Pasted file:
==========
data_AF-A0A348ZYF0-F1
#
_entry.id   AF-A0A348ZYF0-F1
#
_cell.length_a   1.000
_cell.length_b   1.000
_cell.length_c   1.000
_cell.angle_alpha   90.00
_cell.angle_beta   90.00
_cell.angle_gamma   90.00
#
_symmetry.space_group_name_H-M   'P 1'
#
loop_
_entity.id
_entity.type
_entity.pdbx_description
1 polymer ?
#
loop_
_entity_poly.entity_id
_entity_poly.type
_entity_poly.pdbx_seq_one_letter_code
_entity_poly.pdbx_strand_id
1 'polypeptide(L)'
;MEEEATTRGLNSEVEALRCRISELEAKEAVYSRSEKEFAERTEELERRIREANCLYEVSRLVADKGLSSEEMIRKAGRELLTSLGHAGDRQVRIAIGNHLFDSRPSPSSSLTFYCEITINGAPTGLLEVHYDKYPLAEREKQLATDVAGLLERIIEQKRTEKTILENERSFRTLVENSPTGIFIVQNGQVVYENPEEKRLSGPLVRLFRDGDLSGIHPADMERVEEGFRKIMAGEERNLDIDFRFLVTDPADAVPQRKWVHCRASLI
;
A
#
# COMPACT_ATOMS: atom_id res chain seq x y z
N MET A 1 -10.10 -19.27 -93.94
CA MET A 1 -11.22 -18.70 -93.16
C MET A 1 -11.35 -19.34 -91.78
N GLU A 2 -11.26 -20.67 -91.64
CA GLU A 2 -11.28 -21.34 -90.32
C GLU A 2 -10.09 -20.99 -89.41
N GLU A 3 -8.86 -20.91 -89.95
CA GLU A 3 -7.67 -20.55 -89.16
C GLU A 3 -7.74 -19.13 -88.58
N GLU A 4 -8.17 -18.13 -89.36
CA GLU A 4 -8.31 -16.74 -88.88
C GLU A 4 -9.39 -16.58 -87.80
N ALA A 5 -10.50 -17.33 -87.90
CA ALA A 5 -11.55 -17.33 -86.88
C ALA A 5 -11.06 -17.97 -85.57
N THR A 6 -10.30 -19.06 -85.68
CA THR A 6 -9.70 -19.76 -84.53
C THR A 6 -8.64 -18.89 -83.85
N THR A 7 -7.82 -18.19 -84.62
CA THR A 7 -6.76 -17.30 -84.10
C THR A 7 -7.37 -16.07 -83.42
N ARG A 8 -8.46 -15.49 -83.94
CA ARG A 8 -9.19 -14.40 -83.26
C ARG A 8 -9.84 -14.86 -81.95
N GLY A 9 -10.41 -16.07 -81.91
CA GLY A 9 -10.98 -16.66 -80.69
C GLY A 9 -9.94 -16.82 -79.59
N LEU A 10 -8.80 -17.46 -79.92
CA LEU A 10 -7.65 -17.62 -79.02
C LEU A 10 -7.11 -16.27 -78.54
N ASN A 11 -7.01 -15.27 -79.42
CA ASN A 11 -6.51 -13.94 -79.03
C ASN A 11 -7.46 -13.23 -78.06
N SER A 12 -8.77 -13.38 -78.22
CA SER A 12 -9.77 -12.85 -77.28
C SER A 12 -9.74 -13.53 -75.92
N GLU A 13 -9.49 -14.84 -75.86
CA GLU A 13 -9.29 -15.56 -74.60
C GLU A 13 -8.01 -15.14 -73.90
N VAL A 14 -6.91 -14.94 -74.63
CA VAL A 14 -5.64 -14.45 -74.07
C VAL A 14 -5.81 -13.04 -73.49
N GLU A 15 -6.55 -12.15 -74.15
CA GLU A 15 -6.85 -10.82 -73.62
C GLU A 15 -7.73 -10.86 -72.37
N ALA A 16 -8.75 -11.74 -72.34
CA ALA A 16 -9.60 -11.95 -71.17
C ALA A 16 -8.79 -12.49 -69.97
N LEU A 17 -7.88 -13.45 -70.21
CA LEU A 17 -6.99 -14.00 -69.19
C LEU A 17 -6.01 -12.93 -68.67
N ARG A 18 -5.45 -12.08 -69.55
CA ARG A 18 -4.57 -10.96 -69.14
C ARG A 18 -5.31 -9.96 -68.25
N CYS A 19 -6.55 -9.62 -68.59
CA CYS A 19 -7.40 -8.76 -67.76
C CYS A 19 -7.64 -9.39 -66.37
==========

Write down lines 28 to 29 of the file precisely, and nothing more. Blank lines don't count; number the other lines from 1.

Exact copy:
A
#